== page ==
By now you’re familiar with water crises internationally. You know that in Africa and South East Asia, for example, there are thousands upon thousands of people who do not have access to clean drinking water. But it might surprise you to find a similar crisis occurs right now in your very own backyard.
If you think “crisis” is too extreme a word to use, think again. At this moment whole communities of people in Canada suffer from contaminated wells and dirty source water which lead to a range of major, even fatal, health issues. Long running response measures have been in place, such as rationing and boil water advisories, but that does not attack the problem, or basic access to clean water, head-on. This type of resource exhaustion is not what you would or should expect from a developed country. And we should be ashamed.
There are countless cases (documented by international aid organizations and NGOs, watchdog groups and even corporate companies via their Corporate Responsibility programs), where the indigenous people are often promised economic and community development but also often promised nothing in exchange for the extraction of their precious natural resource. But that is often in developing countries. At what point, in Canada, a developed country, will we say this resource exhaustion is too much? First Nations in Canada right now and, in many instances, over the past decade, have been in a state of water crisis.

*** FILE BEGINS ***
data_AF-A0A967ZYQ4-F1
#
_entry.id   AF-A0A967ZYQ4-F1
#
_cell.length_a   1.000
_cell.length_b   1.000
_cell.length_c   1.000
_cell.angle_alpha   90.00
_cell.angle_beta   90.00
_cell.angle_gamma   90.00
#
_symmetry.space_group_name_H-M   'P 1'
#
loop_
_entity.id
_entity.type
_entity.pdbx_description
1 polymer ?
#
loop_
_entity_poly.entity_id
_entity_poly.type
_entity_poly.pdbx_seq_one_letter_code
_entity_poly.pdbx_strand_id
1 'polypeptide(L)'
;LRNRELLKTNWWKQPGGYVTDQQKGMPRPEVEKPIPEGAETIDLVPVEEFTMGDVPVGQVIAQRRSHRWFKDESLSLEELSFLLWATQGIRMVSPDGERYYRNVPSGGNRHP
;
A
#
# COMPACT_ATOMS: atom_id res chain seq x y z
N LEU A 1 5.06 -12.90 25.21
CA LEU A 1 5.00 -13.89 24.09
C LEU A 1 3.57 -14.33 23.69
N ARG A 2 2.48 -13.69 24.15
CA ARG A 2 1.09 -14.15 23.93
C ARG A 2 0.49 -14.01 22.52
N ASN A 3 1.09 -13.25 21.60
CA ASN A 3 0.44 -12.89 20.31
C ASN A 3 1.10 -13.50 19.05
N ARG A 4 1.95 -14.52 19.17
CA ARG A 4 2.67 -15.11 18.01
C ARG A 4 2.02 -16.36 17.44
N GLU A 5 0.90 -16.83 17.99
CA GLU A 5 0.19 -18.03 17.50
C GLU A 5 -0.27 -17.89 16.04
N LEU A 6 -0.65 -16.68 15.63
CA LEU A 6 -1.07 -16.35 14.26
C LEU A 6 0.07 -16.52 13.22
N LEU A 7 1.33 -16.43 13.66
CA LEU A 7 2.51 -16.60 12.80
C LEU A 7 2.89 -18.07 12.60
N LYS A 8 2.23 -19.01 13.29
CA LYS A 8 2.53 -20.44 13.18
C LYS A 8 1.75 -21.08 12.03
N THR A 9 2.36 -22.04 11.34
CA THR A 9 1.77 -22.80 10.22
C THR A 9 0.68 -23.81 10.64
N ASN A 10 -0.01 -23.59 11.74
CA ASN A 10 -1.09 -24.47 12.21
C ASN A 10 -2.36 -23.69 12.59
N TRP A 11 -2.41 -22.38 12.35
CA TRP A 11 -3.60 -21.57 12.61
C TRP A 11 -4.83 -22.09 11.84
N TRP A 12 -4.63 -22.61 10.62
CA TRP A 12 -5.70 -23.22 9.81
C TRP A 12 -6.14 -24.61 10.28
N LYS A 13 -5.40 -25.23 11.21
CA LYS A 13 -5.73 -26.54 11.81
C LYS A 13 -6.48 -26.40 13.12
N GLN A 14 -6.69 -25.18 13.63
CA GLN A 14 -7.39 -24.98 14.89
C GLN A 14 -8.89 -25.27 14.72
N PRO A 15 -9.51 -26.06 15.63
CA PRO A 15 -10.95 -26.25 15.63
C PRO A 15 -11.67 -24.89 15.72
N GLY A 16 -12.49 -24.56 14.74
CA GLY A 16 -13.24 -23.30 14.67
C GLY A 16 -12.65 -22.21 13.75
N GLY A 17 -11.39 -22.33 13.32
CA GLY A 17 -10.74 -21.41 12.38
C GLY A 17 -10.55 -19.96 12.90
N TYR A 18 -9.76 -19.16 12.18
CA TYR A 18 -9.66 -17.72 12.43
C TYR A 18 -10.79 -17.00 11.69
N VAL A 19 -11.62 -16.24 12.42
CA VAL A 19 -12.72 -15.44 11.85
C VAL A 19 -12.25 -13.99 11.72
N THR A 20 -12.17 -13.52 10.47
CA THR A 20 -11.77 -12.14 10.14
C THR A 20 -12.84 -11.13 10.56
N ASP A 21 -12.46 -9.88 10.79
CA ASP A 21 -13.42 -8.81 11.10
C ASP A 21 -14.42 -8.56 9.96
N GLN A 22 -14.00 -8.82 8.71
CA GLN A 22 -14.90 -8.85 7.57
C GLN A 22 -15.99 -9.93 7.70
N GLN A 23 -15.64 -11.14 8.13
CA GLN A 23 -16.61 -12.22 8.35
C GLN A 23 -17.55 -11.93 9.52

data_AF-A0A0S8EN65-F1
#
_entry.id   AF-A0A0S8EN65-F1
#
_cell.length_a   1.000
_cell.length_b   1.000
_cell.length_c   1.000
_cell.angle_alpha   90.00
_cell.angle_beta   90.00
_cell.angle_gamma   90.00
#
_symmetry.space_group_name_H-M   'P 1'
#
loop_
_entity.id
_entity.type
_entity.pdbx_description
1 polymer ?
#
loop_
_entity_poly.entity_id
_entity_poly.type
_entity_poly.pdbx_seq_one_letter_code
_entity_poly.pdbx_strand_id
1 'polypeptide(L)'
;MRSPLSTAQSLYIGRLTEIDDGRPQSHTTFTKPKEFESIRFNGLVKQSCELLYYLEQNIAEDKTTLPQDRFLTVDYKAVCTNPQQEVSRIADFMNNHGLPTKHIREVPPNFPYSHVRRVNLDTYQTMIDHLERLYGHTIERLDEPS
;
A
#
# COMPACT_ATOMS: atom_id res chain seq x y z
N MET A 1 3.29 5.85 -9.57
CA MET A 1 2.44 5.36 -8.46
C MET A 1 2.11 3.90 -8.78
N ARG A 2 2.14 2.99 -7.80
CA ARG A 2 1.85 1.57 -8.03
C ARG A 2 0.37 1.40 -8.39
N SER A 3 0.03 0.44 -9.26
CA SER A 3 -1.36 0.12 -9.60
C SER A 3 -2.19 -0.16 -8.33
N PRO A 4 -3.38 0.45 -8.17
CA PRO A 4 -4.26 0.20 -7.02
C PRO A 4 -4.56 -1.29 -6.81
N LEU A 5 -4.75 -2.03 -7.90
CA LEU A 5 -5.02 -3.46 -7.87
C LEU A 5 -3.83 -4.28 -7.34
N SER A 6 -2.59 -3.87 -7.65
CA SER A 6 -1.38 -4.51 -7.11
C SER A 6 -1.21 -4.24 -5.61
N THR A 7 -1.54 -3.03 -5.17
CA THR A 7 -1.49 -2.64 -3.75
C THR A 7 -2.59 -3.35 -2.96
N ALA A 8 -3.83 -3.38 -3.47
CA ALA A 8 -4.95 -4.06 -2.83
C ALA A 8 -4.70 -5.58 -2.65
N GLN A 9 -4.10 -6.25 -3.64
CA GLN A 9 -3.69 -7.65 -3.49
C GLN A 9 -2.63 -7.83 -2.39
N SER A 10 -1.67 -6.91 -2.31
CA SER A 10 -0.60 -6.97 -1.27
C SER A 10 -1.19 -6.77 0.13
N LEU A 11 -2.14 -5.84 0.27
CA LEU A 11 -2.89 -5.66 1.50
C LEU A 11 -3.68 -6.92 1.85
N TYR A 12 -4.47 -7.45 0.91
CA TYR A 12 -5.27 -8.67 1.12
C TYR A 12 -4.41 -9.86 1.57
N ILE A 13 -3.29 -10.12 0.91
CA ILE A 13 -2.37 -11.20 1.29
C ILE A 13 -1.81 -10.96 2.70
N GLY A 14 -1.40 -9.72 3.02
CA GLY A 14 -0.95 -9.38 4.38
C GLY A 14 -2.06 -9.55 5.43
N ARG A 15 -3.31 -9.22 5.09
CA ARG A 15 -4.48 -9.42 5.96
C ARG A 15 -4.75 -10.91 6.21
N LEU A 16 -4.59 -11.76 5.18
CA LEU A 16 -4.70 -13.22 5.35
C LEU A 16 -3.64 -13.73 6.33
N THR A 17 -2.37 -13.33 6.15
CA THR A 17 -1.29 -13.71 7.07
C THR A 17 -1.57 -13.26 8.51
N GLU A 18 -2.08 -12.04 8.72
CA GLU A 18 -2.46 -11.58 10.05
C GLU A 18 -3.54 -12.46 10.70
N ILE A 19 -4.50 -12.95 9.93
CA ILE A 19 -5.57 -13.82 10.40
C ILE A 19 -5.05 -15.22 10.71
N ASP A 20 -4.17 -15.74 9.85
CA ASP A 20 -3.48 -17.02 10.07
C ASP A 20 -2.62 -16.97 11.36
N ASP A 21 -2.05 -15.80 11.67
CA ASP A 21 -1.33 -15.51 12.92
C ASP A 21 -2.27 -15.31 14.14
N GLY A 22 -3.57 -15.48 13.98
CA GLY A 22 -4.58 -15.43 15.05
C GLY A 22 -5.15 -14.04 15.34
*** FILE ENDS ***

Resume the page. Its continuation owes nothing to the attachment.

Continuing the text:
Canada and the First Nations’ Water
When we look at places like Ontario, well known for so much surface water, such as lakes, we assume that there is abundance. But the truth of the matter is that just last year cities right outside of Toronto experienced severe drought. The times and conditions are changing.
Many suggest that we (humans, specifically) can simply adapt to these unprecedentedly severe conditions. But this is a dangerous posture because it often implies that environmental and health conditions can be resolved easily and rapidly. The presumption, for example, that technological innovation always rises to the occasion may be correct, but it will most certainly come at a cost. Water treatment (filtering and “purifying”), for example, will become more expensive and consequently inaccessible for many.
In recent years we have extracted groundwater at unprecedented rates (rates that exceed the source’s rate of recharge), depleting the source, which puts our potable water at higher risk. This is especially the case with water wells, which many of First Nation communities rely on.
For many of the First Nations of Canada, potable freshwater has already been exhausted. Drinking water has literally being extracted from beneath them and shipped off for sale. The impacts involve insufficient water and a poor quality of water leading to critical health and basic human right issues. The United Nations General Assembly (UN) has made access to water an international law, primarily in response to (similar) conditions in undeveloped countries. So it is quite embarrassing that we might have to invoke international law here domestically (in a developed nation). We are often quick to deploy government assistance to neighbors outside of the country amidst resource crisis but here at home there is no sense of urgency when the original inhabitants—and the only people group that took the best care of a precious resource—have been unprecedentedly deprived of it. Activists refer to this (predatory) behavior and idle representation as legal theft. But this is indeed the present reality of the situation. And action must be taken immediately, action that more closely resembles the historic approach to environment that the First Nations embody.